What if you're dealing with an emotional or sensitive subject, such as when your subject has lost a loved one? How do you handle that? "You have to get out of the way. It isn't a matter of what you do or don't do but of actually being sensitive and empathic," Batholomew says. "Let your empathy for the person guide you. Understand that the person wants his or her story told--accurately and completely--or the person wouldn't be talking to you. Listen, encourage, don't be afraid to gently interrupt to ask for details or other explanations.

"If you don't have genuine empathy, if you can't put yourself inside the skin of the person who's telling you about what might have been a harrowing personal experience, you won't be able to do the story justice. Remember that for the person you're interviewing, it isn't a story. It's life."

Don't be afraid to ask "obvious" questions that remain unanswered. For example, if a former boyfriend was stalking a young woman and she didn't call the police, ask why not. Maybe she had called them before and they'd said they couldn't do anything--or maybe his father was chief of police in her small town. The more questions you ask, the more information and detail you'll have about the story.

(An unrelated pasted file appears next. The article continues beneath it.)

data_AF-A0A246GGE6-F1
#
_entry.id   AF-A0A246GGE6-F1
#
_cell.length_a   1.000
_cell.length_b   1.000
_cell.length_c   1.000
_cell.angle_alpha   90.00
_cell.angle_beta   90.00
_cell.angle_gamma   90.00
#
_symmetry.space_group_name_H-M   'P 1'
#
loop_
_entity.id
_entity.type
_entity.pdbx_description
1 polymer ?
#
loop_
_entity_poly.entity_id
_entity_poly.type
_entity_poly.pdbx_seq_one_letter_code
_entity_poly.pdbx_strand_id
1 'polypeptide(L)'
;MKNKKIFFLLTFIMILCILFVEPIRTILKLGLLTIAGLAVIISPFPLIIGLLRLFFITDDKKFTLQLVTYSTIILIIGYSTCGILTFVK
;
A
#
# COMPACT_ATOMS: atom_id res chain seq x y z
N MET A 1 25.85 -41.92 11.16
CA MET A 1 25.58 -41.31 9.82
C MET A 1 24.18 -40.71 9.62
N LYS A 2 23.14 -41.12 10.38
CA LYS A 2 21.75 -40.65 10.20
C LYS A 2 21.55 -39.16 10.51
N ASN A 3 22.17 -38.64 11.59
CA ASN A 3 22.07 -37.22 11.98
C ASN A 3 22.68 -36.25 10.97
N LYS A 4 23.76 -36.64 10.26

Even if you're an excellent note-taker, recording your interviews is essential. When Bartholomew travels for a story, she takes along a video camera. "I take video of everything, no matter how mundane it seems, so I can reconstruct events later. If the subject says, 'My car hit the tree on the corner,' I have a video of that tree. If I hear on the 911 call, 'Subject is heading east on I-25, turning off at exit 12,' I have a video image of that intersection," Bartholomew says.

"That means that, when I set about writing the story, I have the kind of detail that paints a picture in the reader's mind. Likewise, when I'm interviewing several people at a time (which I like to do for stories that involve a number of people), I videotape so I know who's said what, who's disagreed with that view of events, who has some fresh insights (and also, of course, who I'm quoting)," Bartholomew adds.

During your research, let your subject(s) know that you may be back in touch with follow-up questions. (Even if you don't have them as you're writing, chances are that your editor will later!)


Writing the piece